Dallas District Attorney Craig Watkins, who in 2006 became Texas’ first black chief prosecutor, has been named one of the eight Governing Magazine public officials of the year. Watkins is far different from Henry Wade, who held the job from 1951 to 1987. In impoverished, predominantly African-American South Dallas, Wade’s hardball tactics created resentment and distrust. More than 200 of the 267 attorneys Watkins began managing campaigned for his opponent because they didn’t think Watkins had enough trial experience.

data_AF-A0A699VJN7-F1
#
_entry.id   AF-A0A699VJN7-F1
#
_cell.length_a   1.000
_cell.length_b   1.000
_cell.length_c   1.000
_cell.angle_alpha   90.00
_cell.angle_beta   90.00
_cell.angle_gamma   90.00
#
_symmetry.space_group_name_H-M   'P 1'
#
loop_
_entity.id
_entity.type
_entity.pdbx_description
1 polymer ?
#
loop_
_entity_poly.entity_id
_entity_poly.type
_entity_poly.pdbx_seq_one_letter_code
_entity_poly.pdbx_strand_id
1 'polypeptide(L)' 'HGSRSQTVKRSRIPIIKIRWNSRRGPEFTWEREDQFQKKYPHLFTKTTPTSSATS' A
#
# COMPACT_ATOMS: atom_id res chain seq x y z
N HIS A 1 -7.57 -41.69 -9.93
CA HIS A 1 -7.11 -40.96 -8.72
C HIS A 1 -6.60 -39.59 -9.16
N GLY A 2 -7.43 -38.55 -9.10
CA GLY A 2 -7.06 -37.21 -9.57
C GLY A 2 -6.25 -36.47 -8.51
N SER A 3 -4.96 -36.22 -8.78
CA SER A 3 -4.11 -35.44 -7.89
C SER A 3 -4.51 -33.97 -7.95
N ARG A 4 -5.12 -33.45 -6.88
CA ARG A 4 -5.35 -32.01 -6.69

At the same time, he believed he had a mandate to rectify past injustices. He obtained $450,000 to create a conviction-integrity unit to reinvestigate old cases. The unit has reviewed more than 180 case files, of which 21 have been flagged for DNA testing or further investigation. So far, a total of 19 Dallas County prisoners have been exonerated or freed. What Watkins has shown is that there’s as much justice in clearing the names of the innocent as there is in putting the guilty behind bars. Says Watkins” “I still walk around the office gently because I know there are a lot of people who still don’t want me here.” But, he says, every time justice is done, we “restore credibility that law enforcement can work for everyone.”